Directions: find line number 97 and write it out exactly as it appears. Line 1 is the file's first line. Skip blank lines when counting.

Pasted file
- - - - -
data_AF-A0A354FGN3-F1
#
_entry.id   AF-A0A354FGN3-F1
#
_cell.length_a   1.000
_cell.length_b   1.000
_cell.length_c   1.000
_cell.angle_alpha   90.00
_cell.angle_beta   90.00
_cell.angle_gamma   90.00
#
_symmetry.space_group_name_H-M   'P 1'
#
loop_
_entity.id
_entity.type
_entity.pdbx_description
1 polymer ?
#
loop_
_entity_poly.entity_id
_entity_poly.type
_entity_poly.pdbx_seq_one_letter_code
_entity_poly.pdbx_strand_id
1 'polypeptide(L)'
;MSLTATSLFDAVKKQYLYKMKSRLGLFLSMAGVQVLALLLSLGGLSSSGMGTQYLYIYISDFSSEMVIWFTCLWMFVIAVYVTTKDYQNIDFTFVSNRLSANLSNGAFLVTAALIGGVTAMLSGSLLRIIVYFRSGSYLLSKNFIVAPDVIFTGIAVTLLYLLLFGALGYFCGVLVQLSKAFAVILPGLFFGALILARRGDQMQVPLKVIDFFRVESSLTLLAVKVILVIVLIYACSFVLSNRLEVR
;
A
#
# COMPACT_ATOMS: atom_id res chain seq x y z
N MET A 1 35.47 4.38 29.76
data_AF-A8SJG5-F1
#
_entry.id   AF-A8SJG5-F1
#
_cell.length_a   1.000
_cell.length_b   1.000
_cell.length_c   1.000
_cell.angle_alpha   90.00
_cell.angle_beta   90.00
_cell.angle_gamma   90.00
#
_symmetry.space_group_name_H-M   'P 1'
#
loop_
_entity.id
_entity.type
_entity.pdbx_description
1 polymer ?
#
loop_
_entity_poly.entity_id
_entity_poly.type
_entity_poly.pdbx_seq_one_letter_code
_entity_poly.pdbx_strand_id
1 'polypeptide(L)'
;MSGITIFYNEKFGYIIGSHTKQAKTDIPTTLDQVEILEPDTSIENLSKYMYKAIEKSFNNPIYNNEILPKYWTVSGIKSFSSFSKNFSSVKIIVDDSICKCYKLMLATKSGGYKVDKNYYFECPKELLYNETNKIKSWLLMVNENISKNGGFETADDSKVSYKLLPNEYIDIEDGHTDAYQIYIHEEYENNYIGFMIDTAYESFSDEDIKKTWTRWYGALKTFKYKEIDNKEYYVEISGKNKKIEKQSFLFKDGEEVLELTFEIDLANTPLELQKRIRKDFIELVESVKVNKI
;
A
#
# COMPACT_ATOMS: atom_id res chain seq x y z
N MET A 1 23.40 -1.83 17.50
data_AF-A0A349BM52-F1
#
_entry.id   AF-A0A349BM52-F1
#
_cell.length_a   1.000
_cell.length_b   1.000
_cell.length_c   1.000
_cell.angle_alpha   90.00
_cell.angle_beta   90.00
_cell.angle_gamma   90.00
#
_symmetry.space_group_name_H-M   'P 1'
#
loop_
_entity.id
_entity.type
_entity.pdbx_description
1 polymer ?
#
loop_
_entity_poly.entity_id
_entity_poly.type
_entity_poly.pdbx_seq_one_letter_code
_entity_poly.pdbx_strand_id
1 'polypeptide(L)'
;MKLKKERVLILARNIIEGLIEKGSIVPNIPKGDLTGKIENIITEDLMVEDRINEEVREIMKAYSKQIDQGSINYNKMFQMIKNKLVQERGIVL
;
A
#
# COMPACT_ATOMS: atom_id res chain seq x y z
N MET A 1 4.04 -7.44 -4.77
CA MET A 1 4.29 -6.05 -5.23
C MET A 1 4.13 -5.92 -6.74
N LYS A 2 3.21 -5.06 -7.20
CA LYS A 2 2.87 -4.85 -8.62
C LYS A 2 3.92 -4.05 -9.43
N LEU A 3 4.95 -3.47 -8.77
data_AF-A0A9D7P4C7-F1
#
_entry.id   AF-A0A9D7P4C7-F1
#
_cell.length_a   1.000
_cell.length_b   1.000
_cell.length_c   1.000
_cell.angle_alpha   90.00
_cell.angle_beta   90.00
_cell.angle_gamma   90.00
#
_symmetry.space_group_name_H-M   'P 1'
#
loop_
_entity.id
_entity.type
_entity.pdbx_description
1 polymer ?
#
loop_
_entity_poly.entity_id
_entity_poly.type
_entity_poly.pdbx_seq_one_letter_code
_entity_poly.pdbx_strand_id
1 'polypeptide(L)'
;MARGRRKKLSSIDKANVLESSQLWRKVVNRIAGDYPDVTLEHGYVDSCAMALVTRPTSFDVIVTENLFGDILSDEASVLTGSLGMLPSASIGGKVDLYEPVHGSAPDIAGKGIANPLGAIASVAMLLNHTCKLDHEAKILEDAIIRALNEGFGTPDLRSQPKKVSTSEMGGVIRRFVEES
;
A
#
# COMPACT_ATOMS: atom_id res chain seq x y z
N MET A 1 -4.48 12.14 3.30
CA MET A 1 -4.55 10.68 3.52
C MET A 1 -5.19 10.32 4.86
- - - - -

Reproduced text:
CA LYS A 2 2.87 -4.85 -8.62